One of the hottest trends in home renovation is bamboo flooring. Available in a wide variety of colors and styles, bamboo is a sleek, modern alternative to hardwood flooring. Retailers claim that bamboo flooring is sustainable and stronger than traditional hardwood floors, but can bamboo flooring really rival that of hardwood?
Many argue that bamboo flooring is environmentally friendly because it is a fast-growing resource. Bamboo grows to maturity within three to five years, while traditional hardwoods such as oak mature after one hundred years! However, products are not considered environmentally friendly just by evaluating their source.
Bamboo products have had a surge of popularity around the world. In an effort to meet the market’s demand for more bamboo, many forests have been cut down to make room for expanding bamboo farms.
For those interested in how eco-friendly a company or their flooring is, consumers must research the companies themselves to determine whether or not their products are actually good for the environment.
Those seeking the most eco-friendly flooring product would probably enjoy pre-finished, click-in bamboo flooring. It is considered one of the most “green” floorings (and the easiest to install) because it is typically made with water-based laminates and does not require the use of adhesives, which are almost always made with harmful chemicals.
After bamboo is harvested, the bamboo poles are cut into long strips. Then the strips are connected together using adhesives. Strand woven bamboo flooring is made by stripping bamboo, crushing the strips, and weaving the bamboo strands together. The strands are then pressurized and hardened using resin or adhesives.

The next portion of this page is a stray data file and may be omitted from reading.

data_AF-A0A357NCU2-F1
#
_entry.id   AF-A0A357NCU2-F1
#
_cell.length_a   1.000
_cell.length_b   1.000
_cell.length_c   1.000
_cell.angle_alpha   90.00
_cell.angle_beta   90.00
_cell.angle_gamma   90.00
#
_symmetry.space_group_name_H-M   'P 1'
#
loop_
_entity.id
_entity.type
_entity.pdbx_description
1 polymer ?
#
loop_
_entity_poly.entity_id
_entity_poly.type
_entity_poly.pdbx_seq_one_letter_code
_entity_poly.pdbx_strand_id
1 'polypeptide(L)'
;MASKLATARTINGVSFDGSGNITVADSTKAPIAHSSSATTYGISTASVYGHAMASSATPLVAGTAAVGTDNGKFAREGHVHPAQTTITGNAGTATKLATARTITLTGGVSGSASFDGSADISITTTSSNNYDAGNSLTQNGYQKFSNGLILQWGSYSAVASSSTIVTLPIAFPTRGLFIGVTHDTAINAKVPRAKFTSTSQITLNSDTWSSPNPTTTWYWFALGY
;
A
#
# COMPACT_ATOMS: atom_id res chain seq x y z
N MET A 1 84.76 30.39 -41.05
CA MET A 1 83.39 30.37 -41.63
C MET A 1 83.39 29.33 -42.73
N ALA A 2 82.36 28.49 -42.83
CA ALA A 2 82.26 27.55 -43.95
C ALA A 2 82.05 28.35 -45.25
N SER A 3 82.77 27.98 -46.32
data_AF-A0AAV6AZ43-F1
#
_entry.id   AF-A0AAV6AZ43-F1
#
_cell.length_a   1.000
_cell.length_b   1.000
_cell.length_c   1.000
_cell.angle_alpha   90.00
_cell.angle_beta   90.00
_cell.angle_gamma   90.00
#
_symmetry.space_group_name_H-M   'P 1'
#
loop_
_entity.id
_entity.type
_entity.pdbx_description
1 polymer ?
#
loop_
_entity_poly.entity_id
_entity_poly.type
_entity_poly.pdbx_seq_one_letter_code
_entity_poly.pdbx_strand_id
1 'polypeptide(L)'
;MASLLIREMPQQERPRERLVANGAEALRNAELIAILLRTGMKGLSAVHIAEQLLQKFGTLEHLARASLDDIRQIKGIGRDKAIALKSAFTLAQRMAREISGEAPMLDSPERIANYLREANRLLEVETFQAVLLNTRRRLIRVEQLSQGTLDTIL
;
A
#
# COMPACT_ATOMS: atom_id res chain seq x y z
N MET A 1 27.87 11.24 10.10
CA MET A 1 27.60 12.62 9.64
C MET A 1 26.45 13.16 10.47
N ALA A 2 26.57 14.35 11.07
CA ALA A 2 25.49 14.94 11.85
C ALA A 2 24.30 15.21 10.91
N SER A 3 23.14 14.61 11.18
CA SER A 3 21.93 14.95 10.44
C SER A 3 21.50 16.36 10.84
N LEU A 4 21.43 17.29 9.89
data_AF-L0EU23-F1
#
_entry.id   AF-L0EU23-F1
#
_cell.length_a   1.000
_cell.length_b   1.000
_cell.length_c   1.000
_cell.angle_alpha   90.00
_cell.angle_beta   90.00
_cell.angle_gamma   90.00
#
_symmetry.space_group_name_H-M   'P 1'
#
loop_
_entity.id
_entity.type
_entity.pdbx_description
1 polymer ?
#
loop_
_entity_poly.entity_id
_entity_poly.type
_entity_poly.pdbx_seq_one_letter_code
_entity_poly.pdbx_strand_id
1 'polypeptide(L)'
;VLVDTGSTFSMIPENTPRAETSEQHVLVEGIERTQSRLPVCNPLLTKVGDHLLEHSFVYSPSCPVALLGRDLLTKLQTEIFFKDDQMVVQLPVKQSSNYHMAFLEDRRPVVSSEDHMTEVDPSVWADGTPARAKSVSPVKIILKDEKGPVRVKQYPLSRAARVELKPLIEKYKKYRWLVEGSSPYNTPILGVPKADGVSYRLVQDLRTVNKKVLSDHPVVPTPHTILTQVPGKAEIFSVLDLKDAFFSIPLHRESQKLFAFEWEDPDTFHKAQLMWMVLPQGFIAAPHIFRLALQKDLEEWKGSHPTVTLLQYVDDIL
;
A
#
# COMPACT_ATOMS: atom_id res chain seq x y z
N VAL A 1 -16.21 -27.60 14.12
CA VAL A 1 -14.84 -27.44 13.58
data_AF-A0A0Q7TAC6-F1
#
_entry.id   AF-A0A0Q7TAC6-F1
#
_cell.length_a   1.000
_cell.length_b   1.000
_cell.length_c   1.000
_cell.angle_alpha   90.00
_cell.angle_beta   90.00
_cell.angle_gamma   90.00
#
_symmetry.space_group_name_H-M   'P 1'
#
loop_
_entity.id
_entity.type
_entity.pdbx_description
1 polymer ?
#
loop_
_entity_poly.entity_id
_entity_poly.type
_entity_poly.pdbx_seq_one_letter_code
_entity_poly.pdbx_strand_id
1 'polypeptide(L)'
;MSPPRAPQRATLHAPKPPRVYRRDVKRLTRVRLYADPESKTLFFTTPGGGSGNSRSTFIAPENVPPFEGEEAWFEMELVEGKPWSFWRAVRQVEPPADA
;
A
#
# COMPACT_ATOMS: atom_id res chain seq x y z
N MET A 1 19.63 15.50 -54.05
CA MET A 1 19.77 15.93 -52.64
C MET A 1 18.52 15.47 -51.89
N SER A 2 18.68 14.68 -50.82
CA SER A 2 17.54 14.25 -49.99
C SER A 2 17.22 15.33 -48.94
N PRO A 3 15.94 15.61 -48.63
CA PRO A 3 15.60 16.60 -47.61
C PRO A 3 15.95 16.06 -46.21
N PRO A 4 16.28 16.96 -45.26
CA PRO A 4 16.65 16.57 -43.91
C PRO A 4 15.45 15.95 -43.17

Most bamboo flooring uses smaller amounts of harmful chemicals (such as formaldehyde) in their adhesives and laminates. Some manufacturers avoid using formaldehyde altogether and advertise their products as formaldehyde-free.
Unlike traditional hardwoods, bamboo flooring is not stained. It derives its color in one of two ways. Bamboo is sometimes colored using dyes. However, few of these dyes are considered eco-friendly, most comprising of heavy metals and toxic chemicals. Usually, bamboo is darkened using a heating process; the longer the bamboo is heated, the darker the bamboo becomes. Unfortunately, this process comes at a price. The darker the bamboo becomes, the weaker it becomes as well.
Contrary to retailer’s claims, bamboo is not stronger than hardwood floors. Even when bamboo is not heat-treated, it is still subject to scratches, dents, and shoe marks just like any other flooring. Some bamboo farms harvest their bamboo before it reaches maturity; which compromises the strength of the flooring radically.
Is bamboo flooring for you? On average, bamboo does cost less than hardwood floors and has proven to be water-resistant. So long as the consumer researches the flooring manufacturer and picks a quality brand, bamboo flooring could last for decades.